IU Health Bloomington changes course on hospital relocation
Editor's note: This story from The Bloomington Herald-Times is being published here as a courtesy for readers of IU in the News.
By Lauren Slavin
IU Health Bloomington Hospital will build a new campus off the Ind. 45/46 Bypass next to the Indiana University Golf Course, officials announced in a news conference this morning.
The new hospital will be part of a partnership with IU that will boost the university's growing health sciences and technology sectors.
The new in-patient hospital, as well as an ambulatory center, will be built on 75 acres off the bypass at the current location of the IU golf driving range, according to IU Health and university officials. The 18-hole championship golf course will not be affected by the construction of the new IU Health Bloomington Hospital. The driving range will be moved to the par 3 course, which currently is adjacent to the driving range.
IU plans to build a new medical education building next to the hospital, to allow current health programs and academic research can relocate and expand in collaboration with the hospital.
Additional information was provided at a 9 a.m. news conference, which hospital officials, Mayor Mark Kruzan and IU President Michael McRobbie attended.
“There are not too many across the country. You’re either a complete academic health center, or down here with a community hospital or regional hospital. We’re kind of meeting in the middle,” Mark Moore, president of IU Health Bloomington, said in a briefing with the H-T. “It’s more than just co-locating buildings. It’s truly coming together in a way that we never could have done by ourselves.”
The announcement comes two months after the IU Health system board of directors determined that constructing a replacement hospital at the Bloomington location on West Second Street would cost more money and take more time than building a new facility from the ground up. IU Health Bloomington owns 85 acres off of Curry Park in a development called North Park, and that property was speculated to be where the hospital would move. IU Health Bloomington officials never confirmed any prospective locations for the new facility until today.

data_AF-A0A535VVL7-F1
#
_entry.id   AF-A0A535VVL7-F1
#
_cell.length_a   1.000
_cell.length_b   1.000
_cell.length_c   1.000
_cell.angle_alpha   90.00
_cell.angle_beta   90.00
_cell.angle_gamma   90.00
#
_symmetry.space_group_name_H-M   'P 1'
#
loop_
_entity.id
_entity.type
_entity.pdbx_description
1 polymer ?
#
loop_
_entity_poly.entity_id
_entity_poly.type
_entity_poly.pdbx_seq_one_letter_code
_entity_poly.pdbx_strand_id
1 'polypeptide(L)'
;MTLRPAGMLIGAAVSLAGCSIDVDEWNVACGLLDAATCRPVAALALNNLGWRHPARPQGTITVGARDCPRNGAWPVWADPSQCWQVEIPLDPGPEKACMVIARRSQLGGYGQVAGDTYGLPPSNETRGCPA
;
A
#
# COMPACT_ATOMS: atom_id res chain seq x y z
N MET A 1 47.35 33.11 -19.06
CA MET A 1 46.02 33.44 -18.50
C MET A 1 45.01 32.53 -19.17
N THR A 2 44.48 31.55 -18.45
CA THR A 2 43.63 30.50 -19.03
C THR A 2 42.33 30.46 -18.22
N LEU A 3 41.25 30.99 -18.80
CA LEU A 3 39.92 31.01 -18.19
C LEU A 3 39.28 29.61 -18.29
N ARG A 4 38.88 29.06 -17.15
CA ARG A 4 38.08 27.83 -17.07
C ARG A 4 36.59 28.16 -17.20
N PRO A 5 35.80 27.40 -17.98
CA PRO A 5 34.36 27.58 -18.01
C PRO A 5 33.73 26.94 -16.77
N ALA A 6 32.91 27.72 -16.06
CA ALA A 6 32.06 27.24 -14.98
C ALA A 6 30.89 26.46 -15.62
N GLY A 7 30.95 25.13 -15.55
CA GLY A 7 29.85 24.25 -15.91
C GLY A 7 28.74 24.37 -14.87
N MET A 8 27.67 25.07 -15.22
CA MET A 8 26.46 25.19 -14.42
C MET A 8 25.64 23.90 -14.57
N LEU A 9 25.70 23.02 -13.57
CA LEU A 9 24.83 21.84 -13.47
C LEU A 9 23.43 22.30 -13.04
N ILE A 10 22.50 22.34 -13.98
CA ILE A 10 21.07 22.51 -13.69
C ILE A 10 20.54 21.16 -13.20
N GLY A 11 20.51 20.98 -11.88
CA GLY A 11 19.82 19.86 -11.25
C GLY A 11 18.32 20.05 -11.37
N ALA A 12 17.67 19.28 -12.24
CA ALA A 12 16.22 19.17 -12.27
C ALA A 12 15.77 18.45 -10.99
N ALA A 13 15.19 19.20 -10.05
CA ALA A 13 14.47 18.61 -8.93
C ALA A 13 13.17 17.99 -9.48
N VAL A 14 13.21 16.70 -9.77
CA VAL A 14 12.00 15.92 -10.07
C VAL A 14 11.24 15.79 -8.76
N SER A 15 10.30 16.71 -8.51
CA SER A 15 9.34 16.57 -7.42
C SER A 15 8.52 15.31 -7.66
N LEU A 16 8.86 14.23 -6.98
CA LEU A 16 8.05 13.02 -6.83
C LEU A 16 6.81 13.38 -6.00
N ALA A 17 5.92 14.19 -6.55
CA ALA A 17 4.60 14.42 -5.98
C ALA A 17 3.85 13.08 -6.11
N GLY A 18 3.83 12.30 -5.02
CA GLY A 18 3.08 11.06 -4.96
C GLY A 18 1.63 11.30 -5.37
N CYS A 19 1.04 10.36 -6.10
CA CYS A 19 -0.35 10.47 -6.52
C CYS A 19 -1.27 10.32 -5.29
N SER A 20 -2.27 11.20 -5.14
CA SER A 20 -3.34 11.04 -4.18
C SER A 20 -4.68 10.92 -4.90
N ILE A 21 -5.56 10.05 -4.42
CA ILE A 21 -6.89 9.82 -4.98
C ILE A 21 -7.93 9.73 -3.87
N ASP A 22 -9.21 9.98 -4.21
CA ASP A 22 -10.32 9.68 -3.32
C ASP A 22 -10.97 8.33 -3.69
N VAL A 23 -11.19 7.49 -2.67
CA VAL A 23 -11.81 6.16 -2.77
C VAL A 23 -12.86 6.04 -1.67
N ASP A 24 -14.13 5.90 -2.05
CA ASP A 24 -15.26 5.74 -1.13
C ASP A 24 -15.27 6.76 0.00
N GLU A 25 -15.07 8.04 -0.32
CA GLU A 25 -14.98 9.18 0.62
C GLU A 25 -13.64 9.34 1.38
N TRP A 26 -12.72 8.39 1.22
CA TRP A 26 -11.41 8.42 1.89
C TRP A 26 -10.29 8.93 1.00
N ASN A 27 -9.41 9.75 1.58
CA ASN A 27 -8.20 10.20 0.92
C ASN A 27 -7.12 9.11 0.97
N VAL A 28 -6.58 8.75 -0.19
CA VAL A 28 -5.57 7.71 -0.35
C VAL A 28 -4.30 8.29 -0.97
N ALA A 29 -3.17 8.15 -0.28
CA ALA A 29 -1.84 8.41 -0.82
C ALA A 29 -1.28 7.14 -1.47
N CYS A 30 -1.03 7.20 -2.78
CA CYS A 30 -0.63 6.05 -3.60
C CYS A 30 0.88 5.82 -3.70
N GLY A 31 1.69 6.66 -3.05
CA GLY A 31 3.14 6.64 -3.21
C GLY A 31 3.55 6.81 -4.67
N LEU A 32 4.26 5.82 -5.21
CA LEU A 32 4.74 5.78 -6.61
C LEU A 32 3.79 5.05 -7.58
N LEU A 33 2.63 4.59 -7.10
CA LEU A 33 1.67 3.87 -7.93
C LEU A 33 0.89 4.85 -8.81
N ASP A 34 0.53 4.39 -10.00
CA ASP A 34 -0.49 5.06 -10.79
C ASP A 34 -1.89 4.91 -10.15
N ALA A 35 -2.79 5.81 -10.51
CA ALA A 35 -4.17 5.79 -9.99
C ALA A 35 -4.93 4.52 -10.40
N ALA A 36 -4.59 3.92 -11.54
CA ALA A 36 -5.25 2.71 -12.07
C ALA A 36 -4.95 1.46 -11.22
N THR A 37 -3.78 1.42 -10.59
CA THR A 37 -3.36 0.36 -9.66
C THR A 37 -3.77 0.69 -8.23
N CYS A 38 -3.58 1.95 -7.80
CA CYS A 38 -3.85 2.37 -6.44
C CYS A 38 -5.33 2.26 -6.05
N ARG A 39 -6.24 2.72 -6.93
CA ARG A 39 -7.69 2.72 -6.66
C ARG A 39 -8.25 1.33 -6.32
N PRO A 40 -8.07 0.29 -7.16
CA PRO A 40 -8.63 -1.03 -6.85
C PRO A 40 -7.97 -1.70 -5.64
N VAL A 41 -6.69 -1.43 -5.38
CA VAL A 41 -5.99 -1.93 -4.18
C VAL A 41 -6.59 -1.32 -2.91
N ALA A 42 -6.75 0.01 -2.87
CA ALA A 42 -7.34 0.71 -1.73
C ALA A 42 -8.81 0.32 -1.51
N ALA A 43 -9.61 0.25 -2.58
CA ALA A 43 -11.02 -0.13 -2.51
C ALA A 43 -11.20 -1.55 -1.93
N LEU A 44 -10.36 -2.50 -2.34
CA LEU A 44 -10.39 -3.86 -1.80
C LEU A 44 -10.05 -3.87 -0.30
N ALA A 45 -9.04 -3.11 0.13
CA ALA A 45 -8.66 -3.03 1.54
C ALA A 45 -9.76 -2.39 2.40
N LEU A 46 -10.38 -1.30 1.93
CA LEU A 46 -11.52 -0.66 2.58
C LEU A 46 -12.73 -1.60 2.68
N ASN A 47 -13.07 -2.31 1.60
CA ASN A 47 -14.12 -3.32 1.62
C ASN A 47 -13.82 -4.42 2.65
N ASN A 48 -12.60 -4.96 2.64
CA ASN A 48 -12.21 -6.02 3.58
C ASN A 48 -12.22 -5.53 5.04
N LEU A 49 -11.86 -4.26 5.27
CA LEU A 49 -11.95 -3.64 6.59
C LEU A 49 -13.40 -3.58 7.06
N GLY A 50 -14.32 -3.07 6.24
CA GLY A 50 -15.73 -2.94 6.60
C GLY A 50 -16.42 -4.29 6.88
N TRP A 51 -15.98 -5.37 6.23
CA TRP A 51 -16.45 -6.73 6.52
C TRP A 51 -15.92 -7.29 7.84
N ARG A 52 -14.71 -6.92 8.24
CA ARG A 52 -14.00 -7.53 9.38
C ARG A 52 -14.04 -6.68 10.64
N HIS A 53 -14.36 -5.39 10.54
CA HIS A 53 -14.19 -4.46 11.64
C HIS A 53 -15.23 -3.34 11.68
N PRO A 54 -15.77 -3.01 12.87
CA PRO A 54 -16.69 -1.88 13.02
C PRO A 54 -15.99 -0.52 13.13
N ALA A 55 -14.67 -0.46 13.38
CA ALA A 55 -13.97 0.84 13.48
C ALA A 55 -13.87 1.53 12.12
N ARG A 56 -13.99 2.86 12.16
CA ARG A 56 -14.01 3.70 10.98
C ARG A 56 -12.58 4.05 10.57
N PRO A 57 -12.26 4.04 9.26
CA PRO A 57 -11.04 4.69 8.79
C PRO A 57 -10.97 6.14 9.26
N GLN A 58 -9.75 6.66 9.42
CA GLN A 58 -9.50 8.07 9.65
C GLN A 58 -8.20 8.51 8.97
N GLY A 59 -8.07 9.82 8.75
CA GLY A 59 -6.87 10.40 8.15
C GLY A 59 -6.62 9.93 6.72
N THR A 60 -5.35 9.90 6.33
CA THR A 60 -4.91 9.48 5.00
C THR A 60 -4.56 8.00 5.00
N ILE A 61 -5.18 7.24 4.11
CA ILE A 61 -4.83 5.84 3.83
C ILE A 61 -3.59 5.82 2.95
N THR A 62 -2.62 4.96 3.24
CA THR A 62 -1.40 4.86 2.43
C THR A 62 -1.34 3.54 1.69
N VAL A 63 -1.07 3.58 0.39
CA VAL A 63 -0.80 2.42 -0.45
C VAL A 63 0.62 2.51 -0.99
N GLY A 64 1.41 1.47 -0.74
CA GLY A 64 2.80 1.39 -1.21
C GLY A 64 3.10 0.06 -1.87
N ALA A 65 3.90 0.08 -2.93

After the hospital made an official decision in mid-February to move, Kruzan created a steering committee to recommend future use of the Second Street hospital once IU Health Bloomington relocates. The committee, chaired by former state senator, Indiana Senate minority leader and Monroe County auditor Vi Simpson, has yet to meet.
Moore said IU Health is committed to working with the committee and the city.
“Our commitment has always been not to leave an abandoned building or something in disarray, but to work, truly, on a win-win situation,” Moore said. “None of that changes, whether we’re going to North Park or, right now, this site.”
The IU Health system is a statewide network of more than 20 hospitals, 2,000 physicians, and inpatient and outpatient clinical service providers. IU Health and Indiana University’s School of Medicine in Indianapolis currently work in conjunction to provide physician training, clinical services and research.
McRobbie is also a member of the IU Health system board of directors. As the Bloomington Hospital board analyzed options for its new location, Moore said, a partnership with the university became the most logical solution.
“When parties see a vision and get excited, it moves pretty quickly,” Moore said. “It was almost a once-in-a-lifetime opportunity to seize hold of something.”
IU Health Bloomington and the university have a memorandum of understanding that the hospital will be built on university property, with lease prices still to be negotiated, according to university spokesman Mark Land. The hospital will be responsible for its construction costs, and the university will pay for its educational buildings.
As a regional academic health campus, the hospital and university hope to offer students additional opportunities to work alongside professionals in their fields of study. The university will also be able to expand its current and future academic offerings into the new medical education building.
“We have a lot of health science programming on the campus, and sometimes it gets lost a little bit in the scope of everything else that goes on,” Land said. “When you consider nursing, speech and hearing therapy, the optometry school … and a lot of them are currently a little strapped for space and facilities.”
Building the hospital on university land also removes any zoning issues, and allows the university to serve as the landlord for businesses and additional medical facilities a hospital could attract.
“There is room to grow,” Land said. “We’re prepared to work good deals with other folks as they chose to want to locate out there.”